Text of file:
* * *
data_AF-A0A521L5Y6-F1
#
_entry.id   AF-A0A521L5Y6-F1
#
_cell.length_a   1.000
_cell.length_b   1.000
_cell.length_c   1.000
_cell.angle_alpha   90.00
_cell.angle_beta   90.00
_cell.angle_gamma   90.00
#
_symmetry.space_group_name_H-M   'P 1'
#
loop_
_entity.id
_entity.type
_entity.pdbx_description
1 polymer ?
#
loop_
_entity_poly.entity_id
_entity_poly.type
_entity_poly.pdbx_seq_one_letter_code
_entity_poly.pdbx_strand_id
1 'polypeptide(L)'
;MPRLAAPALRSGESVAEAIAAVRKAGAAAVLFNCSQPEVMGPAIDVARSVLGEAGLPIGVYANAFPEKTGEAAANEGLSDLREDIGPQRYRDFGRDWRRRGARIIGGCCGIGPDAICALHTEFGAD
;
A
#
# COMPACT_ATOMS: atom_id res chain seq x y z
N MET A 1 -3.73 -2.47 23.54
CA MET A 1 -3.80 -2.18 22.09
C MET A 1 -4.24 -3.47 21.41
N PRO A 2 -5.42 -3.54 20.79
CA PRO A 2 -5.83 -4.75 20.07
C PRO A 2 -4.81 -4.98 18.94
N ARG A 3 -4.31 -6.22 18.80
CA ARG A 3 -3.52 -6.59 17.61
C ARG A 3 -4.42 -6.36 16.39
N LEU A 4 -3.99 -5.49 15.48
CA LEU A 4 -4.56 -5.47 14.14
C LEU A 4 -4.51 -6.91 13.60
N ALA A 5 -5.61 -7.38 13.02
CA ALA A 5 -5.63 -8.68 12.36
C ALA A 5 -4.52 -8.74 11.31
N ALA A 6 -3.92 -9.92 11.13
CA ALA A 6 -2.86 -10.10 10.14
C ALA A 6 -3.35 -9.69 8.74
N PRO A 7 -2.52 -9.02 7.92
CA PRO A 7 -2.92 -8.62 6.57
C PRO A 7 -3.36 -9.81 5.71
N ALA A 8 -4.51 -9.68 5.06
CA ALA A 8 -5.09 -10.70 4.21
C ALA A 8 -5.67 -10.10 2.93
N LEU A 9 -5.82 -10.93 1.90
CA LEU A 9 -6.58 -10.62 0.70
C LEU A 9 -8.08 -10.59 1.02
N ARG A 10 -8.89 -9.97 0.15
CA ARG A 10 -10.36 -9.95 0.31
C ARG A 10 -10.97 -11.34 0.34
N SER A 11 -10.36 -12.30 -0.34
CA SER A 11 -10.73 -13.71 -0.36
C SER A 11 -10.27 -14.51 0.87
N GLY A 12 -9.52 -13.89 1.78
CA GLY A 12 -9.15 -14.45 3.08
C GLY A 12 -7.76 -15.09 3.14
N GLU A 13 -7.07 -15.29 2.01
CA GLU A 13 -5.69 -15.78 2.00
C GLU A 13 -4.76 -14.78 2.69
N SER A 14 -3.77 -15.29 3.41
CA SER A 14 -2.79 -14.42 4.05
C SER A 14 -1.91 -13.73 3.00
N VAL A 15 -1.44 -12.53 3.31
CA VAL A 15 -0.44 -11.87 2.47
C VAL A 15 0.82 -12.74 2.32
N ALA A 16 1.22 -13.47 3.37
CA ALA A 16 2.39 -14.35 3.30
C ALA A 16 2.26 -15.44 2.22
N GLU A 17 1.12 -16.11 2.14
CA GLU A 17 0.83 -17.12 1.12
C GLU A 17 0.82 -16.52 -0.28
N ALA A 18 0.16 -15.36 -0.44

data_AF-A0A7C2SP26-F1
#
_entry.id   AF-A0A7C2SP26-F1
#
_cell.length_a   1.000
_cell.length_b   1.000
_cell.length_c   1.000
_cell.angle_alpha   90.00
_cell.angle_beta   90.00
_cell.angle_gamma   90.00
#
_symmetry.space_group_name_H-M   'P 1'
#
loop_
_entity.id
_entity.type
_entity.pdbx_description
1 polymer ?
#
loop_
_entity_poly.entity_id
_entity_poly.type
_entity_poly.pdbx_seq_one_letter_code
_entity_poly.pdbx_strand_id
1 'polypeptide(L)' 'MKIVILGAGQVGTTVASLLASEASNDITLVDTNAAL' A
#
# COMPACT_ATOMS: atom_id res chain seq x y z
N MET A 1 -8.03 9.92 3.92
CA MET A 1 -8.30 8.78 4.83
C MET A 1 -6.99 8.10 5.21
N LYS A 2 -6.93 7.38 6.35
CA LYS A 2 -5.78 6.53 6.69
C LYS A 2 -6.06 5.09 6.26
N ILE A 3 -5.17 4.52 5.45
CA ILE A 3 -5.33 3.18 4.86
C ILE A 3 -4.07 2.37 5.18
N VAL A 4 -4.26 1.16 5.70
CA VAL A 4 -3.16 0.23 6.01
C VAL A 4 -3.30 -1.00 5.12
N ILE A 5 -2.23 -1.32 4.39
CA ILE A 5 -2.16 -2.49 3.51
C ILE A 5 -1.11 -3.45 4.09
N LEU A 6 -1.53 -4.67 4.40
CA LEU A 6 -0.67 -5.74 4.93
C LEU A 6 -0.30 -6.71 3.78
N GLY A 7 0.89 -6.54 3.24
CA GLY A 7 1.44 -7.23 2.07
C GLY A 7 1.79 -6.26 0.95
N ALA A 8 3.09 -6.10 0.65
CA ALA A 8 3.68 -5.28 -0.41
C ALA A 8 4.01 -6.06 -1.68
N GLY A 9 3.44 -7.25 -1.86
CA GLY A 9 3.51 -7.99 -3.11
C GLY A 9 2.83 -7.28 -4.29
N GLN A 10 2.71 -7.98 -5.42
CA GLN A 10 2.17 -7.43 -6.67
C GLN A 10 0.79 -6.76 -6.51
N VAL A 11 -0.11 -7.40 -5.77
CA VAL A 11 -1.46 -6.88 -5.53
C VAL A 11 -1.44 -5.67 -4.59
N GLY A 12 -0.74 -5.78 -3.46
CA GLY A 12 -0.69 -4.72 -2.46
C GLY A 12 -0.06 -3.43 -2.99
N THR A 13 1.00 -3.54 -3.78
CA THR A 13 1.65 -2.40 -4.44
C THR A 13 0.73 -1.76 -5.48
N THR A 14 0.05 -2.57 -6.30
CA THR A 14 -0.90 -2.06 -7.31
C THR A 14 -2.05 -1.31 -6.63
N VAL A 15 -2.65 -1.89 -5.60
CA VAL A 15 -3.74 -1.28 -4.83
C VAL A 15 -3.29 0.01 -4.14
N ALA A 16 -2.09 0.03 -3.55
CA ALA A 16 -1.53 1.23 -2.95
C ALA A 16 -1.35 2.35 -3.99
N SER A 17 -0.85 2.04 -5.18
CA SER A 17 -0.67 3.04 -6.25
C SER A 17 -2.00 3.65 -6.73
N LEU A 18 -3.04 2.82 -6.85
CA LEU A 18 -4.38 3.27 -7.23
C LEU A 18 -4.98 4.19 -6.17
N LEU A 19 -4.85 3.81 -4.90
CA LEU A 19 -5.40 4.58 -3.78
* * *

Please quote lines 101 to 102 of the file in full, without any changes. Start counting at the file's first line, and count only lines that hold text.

#
loop_